REvil, also known as Sodinokibi, was identified as the ransomware behind one of the largest ransom demands on record: $10 million. It is sold by criminal group PINCHY SPIDER, which sells RaaS under the affiliate model and typically takes 40% of the profits.

Similar to TWISTED SPIDER’s initial leaks, PINCHY SPIDER warns victims of the planned data leak, usually via a blog post on their DLS containing sample data as proof (see below), before releasing the bulk of the data after a given amount of time. REvil will also provide a link to the blog post within the ransom note. The link displays the leak to the affected victim prior to being exposed to the public. Upon visiting the link, a countdown timer will begin, which will cause the leak to be published once the given amount of time has elapsed.

example of reevil ransomware dls


Dharma ransomware attacks have been attributed to a financially motivated Iranian threat group. This RaaS has been available on the dark web since 2016 and is mainly associated with remote desktop protocol (RDP) attacks. Attackers usually demand 1-5 bitcoins from targets across a wide range of industries.
Dharma is not centrally controlled, unlike REvil and other RaaS kits.

Dharma variants come from many sources, and most incidents in which CrowdStrike identified Dharma revealed nearly a 100% match between sample files. The only differences were the encryption keys, contact email and a few other things that can be customized through a RaaS portal. Because Dharma attacks are nearly identical, threat hunters are not able to use an incident to learn much about who is behind a Dharma attack and how they operate.


In development since at least September 2019, LockBit is available as a RaaS, advertised to Russian-speaking users or English speakers with a Russian-speaking guarantor. In May 2020, an affiliate operating LockBit posted a threat to leak data on a popular Russian-language criminal forum:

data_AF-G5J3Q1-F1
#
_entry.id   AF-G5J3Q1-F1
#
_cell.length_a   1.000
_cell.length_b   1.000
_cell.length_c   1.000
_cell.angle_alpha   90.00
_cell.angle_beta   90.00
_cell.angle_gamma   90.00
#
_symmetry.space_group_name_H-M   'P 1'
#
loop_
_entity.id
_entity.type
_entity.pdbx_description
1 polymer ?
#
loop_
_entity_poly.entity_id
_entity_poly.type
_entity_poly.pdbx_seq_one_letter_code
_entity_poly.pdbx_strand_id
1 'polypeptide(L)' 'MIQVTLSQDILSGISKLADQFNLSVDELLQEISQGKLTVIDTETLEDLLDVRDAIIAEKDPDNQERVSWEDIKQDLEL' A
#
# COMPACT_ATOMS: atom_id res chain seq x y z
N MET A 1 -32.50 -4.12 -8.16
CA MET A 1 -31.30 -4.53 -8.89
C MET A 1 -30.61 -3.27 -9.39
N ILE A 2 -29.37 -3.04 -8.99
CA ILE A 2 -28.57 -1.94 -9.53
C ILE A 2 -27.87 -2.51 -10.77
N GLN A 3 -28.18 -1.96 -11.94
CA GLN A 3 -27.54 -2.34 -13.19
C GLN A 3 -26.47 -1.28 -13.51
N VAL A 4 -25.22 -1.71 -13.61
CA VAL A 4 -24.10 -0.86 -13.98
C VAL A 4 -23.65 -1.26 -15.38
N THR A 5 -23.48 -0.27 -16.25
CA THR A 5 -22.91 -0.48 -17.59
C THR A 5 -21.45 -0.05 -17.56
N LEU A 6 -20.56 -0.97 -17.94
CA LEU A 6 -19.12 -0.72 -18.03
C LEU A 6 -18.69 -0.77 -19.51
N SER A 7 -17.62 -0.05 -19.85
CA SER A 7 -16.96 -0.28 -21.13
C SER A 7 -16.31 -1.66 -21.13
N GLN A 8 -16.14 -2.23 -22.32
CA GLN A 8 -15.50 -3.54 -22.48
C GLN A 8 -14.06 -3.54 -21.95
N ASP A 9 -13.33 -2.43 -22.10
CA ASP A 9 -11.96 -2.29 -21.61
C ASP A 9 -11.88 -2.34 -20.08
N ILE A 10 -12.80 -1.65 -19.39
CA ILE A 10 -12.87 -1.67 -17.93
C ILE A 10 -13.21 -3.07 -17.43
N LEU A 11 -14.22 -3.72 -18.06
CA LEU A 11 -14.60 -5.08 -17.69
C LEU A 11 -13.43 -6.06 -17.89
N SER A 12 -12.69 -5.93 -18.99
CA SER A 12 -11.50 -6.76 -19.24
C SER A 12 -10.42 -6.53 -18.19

example of lockbit ransomware message

In addition to the threat, the affiliate provides proof, such as a screenshot of an example document contained within the victim data. Once the deadline passes, the affiliate is known to post a mega[.]nz link to download the stolen victim data. This affiliate has threatened to publish data from at least nine victims.

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Preventing RaaS Attacks

Recovery from a ransomware attack is difficult and costly, and as a result it’s best to prevent them entirely. The steps to prevent a RaaS attack are the same as preventing any ransomware attack, because RaaS is just ransomware packaged for ease of use by anyone with ill intent:

  • Implement reliable and modern endpoint protection that can work on advanced algorithms and works automatically in the background around the clock.
  • Perform regular and frequent backups. If a backup is only performed every weekend, a ransomware attack could cost an entire week of work product.
  • Make multiple backups and store them on separate devices in different locations.
  • Test backups regularly to ensure they can be retrieved.
  • Maintain a rigorous patch program to protect from known and unknown vulnerabilities.
  • Segment the network to hinder proliferation across the environment.
  • Implement advanced anti-phishing protection.
  • Invest in user training and build a culture of security.